Rural Society in Early Modern times III (Steve Hindle): Historiographical perspectives

  • Created by: Alasdair
  • Created on: 18-05-18 16:44
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  • Rural Society in Early Modern times III (Steve Hindle): Historiographical perspectives
    • Controversy
      • Feudalism
      • Over definition of feudalism
      • Over chronology of feudalism's crisis and decline
    • Most commentators agree
      • feudal relations loosely defined remained characteristic of most of Eastern and some of Western Europe until end of our period
    • Robert Brenner argues
      • The extent to which agrarian class relations were more conducive to exploitation, individualism and capitalist economic development in England
    • Croot and Parker argue
      • The extent to which agrarian class relations were more conducive to exploitation, individualism and capitalist economic development in France
    • There have been further exercises in comparative history of rural society
      • Calling into question conventional emphasis on stark differences between Western and Eastern Europe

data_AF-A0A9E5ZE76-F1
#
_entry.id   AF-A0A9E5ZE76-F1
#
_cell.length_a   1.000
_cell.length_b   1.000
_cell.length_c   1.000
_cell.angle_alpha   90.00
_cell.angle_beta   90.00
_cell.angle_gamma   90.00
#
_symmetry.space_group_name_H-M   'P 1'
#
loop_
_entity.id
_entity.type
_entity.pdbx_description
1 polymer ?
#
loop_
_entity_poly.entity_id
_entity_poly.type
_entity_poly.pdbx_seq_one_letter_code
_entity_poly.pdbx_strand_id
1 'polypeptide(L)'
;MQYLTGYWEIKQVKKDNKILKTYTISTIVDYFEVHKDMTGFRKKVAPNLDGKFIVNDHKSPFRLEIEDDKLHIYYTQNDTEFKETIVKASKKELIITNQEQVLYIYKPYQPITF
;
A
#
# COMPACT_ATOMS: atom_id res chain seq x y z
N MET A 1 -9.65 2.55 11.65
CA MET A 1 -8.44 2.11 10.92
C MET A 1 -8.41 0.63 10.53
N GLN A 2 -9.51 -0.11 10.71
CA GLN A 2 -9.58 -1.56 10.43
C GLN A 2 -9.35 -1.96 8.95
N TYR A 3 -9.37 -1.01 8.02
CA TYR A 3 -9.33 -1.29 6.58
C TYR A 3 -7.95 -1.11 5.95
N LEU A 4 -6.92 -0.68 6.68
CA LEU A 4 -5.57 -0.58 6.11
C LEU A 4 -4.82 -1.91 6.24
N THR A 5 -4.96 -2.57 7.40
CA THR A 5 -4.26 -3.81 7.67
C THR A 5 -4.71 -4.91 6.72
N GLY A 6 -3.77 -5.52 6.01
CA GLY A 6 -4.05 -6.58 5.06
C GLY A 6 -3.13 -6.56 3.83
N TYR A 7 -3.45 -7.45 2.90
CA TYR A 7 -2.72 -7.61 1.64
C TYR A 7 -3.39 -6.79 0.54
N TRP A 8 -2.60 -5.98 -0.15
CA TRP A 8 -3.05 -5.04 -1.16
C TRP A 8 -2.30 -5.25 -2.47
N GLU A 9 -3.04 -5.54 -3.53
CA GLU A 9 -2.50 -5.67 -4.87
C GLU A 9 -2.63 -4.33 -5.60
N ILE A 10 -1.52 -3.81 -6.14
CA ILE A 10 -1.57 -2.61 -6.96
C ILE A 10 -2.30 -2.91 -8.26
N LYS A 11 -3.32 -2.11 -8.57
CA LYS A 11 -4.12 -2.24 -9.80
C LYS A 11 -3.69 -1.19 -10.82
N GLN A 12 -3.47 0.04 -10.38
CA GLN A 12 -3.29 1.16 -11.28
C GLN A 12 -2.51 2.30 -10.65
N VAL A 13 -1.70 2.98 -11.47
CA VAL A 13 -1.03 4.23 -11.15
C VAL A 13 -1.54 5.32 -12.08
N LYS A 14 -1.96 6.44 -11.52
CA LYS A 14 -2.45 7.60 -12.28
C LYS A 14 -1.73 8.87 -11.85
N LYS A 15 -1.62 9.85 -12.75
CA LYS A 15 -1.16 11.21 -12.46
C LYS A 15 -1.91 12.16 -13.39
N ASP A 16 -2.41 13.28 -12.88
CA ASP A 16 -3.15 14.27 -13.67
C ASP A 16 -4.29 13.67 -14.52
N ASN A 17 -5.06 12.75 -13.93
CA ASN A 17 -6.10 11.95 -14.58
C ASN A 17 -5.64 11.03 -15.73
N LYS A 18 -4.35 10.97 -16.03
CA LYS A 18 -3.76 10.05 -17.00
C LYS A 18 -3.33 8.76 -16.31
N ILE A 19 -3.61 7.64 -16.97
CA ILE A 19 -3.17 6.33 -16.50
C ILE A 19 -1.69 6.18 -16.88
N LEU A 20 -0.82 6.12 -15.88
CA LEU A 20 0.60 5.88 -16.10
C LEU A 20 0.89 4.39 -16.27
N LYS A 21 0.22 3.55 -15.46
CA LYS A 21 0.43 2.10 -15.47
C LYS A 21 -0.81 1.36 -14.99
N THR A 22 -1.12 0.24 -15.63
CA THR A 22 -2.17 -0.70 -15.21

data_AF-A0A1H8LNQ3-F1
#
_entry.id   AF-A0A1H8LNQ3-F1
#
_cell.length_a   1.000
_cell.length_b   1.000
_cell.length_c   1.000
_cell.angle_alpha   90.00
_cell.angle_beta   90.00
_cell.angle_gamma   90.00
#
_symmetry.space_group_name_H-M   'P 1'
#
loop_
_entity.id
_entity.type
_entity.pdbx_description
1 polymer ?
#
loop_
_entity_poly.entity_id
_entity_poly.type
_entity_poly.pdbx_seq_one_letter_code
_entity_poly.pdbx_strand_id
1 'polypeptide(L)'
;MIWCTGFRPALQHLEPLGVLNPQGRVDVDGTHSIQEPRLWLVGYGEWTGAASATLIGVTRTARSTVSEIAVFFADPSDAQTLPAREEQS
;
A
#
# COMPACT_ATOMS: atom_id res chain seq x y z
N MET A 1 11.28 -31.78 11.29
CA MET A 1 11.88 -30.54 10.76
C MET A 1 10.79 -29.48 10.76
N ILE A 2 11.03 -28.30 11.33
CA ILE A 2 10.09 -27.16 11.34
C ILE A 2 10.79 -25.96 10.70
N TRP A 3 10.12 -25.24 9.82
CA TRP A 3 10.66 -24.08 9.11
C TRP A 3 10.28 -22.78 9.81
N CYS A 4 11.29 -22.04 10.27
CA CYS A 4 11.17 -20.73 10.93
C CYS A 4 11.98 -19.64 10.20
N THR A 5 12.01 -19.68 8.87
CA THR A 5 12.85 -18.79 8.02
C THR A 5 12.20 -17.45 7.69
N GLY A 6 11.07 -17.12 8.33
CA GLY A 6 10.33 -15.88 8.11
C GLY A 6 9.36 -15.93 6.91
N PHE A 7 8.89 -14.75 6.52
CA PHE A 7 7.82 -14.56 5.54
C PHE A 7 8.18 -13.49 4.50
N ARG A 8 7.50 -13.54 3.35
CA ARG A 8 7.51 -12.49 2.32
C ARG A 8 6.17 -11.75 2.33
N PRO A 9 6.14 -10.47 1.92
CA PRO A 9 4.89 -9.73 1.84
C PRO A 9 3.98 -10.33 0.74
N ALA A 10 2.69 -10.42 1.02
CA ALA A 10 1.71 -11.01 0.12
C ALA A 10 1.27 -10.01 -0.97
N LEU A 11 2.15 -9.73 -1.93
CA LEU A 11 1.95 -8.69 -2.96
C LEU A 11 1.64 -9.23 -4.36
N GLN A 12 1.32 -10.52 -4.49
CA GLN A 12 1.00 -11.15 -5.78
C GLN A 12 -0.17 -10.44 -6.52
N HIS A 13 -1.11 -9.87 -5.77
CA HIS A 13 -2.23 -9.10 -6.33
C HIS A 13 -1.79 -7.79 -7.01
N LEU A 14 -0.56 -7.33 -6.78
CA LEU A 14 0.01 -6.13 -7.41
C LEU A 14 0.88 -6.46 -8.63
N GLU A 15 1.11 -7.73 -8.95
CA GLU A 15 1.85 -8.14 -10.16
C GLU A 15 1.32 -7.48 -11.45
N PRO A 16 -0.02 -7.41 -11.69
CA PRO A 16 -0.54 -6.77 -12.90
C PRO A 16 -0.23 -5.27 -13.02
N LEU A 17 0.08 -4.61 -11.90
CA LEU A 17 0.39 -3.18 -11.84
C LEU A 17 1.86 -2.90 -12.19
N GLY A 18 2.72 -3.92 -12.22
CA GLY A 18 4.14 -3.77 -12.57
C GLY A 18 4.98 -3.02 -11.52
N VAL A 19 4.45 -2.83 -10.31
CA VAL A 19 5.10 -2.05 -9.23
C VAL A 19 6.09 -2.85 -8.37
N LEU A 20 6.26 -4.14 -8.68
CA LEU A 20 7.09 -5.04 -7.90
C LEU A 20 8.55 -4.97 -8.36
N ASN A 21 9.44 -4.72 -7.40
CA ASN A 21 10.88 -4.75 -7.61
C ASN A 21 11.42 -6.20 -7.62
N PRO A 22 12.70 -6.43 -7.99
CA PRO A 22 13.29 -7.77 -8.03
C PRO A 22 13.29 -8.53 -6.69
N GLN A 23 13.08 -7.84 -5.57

• Scott argues
      • View that west was liberated early from feudalism has been undermined by growing awareness of sheer variety of tenurial patterns and of 'revival of serfdom around 1500
    • Hagen argues
      • the East looks less traditional in light of recent discussion and recognition of strong market involvement and limits of seigneurial autocracy in region's characteristic demense economies
    • Long-standing models of decline or even crisis among European aristocracies have been similarly reassessed
      • According to Dewald
        • As landowning elite with strong military identity
          • Nobility certainly faced challenges in early modern period
            • From 'common' soldiers in ever-growing infantry armies
            • From upwardly mobile 'bourgeois' gaining their wealth by trade
            • And from the expansive tendencies of state keen to eliminate intermediate powers
        • Established elites proved resilient
          • Adapting to new circumstances by accepting high administrative and military office ('service nobility') and investing in major economic initiatives
    • Notion agrarian society in general, and production techniques in particular, underwent an agricultural revolution in 17th and 18th C remains deeply rooted in scholarship
      • According to Overton
        • It was once fashionable to argue for early chronology of agricultural improvement
          • emphasising technical innovation in 17thC
        • Now commonly accepted that it was not until century after 1750 decisive breakthroughs took place

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